The Persicaria, patches of which can be found at Culpeper now, comes into its own flowering in late summer to autumn when it is especially appreciated by the bees. It is a plant with a carefree and cosmopolitan character and appears virtually world wide in various forms. Native to Afghanistan, Nepal and India, China and Tibet, it typically grows in the mountains up to 4,000 ft. . The celebrated Victorian botanist, Sir Joseph Hooker, came across it in the Himalayas where he described it as ‘hanging in rosy clumps from moist precipices’.
It was formerly known as Polygonum, from the Polygonaceae family, which translates from the Greek as ‘many knees’ relating to the numerous joints in the fleshy stems. It’s a hardy creeping mat-forming perennial, making good ground cover. It needs little care though it likes moisture with good drainage and can go dormant on dry ground. The flowers eventually turn into tiny three-angled nuts.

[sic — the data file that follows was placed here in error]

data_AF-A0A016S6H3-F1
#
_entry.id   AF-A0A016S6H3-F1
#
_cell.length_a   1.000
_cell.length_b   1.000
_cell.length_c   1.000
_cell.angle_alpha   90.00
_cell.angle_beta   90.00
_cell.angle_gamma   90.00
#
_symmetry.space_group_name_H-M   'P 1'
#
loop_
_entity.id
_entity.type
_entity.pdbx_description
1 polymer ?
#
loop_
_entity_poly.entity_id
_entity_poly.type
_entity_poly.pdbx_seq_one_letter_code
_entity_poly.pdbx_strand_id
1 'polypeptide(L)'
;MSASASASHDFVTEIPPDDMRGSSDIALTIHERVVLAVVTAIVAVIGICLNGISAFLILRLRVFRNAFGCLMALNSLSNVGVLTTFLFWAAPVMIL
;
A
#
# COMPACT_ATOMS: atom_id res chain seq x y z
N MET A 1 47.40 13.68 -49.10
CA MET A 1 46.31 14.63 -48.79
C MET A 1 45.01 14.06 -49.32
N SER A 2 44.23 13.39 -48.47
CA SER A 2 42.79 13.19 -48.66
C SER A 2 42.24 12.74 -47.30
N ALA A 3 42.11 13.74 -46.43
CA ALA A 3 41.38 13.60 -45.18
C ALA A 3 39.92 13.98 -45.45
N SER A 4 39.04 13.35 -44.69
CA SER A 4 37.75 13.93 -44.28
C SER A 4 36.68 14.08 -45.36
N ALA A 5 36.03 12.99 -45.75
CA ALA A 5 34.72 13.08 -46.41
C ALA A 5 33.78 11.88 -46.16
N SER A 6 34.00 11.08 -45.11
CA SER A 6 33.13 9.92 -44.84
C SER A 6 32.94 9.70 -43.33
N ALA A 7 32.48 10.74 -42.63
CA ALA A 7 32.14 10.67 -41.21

It is described as ‘semi-evergreen’ as, with the frost, the heavily-veined, narrow elliptic leaves take on autumn colour and mostly stay on the plant through winter . New, green growth will appear in spring and the dainty pink or red flower spikes, depending on variety,
Whereas the common knotweed can be invasive, many of the cultivars make lovely trouble-free garden plants. Both Persicaria affinis ‘Superba’, which has pale pink flowers that deepen into claret red, and ‘Donald Lowndes’ where the pale flowers darken into russet tones, are recommended by the RHS and have an Award of Garden Merit.